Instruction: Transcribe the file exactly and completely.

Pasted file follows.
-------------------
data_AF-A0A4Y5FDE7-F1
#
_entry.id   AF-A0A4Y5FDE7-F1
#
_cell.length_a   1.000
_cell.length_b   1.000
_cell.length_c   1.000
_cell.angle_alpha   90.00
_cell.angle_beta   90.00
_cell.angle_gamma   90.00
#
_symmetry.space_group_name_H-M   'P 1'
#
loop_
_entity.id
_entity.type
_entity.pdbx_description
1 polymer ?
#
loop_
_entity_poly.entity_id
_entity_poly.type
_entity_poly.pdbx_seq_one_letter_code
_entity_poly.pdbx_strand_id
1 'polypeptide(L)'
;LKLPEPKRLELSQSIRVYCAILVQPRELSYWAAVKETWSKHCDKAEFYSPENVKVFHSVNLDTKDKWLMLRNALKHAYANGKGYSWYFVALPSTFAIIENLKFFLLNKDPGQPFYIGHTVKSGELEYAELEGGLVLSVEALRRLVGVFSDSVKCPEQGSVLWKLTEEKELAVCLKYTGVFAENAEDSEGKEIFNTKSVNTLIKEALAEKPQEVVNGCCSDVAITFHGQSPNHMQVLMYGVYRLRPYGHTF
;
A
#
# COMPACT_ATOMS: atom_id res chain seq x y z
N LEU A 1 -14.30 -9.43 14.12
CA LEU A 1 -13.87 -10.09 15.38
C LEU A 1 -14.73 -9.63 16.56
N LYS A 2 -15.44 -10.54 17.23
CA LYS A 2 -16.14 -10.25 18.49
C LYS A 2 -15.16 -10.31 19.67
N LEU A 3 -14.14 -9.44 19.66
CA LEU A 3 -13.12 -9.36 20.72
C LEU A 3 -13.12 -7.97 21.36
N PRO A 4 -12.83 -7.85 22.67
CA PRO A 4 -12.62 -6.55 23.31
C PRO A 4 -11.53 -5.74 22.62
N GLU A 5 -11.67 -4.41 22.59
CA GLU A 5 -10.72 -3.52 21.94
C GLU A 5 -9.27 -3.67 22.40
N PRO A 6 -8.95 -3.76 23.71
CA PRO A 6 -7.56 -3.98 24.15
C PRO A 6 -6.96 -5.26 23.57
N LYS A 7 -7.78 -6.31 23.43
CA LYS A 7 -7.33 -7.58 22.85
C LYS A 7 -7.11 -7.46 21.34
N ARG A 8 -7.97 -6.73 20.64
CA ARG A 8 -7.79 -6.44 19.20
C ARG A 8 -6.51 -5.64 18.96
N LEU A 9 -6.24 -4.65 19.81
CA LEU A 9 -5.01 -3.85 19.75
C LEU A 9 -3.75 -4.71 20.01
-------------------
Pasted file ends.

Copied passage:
data_AF-A0A4Y5FDE7-F1
#
_entry.id   AF-A0A4Y5FDE7-F1
#
_cell.length_a   1.000
_cell.length_b   1.000
_cell.length_c   1.000
_cell.angle_alpha   90.00
_cell.angle_beta   90.00
_cell.angle_gamma   90.00
#
_symmetry.space_group_name_H-M   'P 1'
#
loop_
_entity.id
_entity.type
_entity.pdbx_description
1 polymer ?
#
loop_
_entity_poly.entity_id
_entity_poly.type
_entity_poly.pdbx_seq_one_letter_code
_entity_poly.pdbx_strand_id
1 'polypeptide(L)'
;LKLPEPKRLELSQSIRVYCAILVQPRELSYWAAVKETWSKHCDKAEFYSPENVKVFHSVNLDTKDKWLMLRNALKHAYANGKGYSWYFVALPSTFAIIENLKFFLLNKDPGQPFYIGHTVKSGELEYAELEGGLVLSVEALRRLVGVFSDSVKCPEQGSVLWKLTEEKELAVCLKYTGVFAENAEDSEGKEIFNTKSVNTLIKEALAEKPQEVVNGCCSDVAITFHGQSPNHMQVLMYGVYRLRPYGHTF
;
A
#
# COMPACT_ATOMS: atom_id res chain seq x y z
N LEU A 1 -14.30 -9.43 14.12
CA LEU A 1 -13.87 -10.09 15.38
C LEU A 1 -14.73 -9.63 16.56
N LYS A 2 -15.44 -10.54 17.23
CA LYS A 2 -16.14 -10.25 18.49
C LYS A 2 -15.16 -10.31 19.67
N LEU A 3 -14.14 -9.44 19.66
CA LEU A 3 -13.12 -9.36 20.72
C LEU A 3 -13.12 -7.97 21.36
N PRO A 4 -12.83 -7.85 22.67
CA PRO A 4 -12.62 -6.55 23.31
C PRO A 4 -11.53 -5.74 22.62
N GLU A 5 -11.67 -4.41 22.59
CA GLU A 5 -10.72 -3.52 21.94
C GLU A 5 -9.27 -3.67 22.40
N PRO A 6 -8.95 -3.76 23.71
CA PRO A 6 -7.56 -3.98 24.15
C PRO A 6 -6.96 -5.26 23.57
N LYS A 7 -7.78 -6.31 23.43
CA LYS A 7 -7.33 -7.58 22.85
C LYS A 7 -7.11 -7.46 21.34
N ARG A 8 -7.97 -6.73 20.64
CA ARG A 8 -7.79 -6.44 19.20
C ARG A 8 -6.51 -5.64 18.96
N LEU A 9 -6.24 -4.65 19.81
CA LEU A 9 -5.01 -3.85 19.75
C LEU A 9 -3.75 -4.71 20.01